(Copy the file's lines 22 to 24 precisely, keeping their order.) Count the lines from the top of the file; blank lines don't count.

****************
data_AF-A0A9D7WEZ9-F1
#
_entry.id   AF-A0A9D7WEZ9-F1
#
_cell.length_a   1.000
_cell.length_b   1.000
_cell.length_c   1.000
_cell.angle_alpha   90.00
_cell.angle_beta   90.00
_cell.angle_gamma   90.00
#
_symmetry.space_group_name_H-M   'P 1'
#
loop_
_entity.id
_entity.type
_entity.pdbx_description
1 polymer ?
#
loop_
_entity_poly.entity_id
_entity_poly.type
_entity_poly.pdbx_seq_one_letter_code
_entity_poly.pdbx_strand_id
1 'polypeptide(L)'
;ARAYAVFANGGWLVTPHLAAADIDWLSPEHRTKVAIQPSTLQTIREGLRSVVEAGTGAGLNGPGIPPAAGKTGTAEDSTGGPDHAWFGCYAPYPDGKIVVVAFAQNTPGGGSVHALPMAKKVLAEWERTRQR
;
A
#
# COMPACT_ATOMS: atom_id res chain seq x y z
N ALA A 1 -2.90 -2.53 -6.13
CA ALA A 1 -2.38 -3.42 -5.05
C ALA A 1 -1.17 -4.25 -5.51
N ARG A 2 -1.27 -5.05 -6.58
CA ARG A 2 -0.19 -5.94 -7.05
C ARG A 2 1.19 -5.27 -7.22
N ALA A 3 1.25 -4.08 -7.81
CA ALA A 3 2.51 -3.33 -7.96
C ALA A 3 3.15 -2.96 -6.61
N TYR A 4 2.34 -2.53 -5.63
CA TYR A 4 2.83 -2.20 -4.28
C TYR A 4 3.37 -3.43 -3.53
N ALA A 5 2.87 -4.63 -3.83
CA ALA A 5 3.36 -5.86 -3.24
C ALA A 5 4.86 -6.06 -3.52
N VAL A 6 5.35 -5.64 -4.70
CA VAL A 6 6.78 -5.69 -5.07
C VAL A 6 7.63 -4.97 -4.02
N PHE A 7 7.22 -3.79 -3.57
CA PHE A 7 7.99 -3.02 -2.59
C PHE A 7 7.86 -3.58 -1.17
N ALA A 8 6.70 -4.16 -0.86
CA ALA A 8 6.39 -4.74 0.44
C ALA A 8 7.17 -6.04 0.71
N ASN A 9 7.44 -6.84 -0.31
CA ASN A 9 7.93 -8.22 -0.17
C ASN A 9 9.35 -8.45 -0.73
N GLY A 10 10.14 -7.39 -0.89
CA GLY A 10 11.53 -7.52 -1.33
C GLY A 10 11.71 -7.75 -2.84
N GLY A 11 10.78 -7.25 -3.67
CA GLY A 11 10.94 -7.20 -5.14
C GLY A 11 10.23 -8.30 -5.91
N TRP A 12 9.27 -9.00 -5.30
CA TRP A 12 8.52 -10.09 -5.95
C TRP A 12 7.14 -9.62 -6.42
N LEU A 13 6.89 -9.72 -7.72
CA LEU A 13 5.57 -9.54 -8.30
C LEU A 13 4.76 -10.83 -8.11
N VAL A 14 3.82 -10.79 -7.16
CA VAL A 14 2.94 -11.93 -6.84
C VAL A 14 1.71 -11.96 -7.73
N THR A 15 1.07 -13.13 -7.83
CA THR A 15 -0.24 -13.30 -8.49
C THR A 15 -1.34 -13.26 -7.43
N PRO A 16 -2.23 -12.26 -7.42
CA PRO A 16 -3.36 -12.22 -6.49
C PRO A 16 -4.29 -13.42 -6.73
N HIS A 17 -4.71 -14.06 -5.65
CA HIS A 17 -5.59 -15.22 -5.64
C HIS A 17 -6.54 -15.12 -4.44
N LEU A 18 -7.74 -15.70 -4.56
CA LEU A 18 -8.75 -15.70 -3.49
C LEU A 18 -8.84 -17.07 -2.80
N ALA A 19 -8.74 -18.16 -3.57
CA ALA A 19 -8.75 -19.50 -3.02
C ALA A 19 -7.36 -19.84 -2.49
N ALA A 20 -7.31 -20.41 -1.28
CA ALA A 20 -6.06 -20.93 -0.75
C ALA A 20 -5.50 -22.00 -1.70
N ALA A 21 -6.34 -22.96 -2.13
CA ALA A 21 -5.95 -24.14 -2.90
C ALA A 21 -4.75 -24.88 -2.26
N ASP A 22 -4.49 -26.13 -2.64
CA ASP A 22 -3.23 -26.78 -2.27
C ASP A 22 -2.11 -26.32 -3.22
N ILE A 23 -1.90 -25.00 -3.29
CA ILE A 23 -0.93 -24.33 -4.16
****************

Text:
_entity_poly.type
_entity_poly.pdbx_seq_one_letter_code
_entity_poly.pdbx_strand_id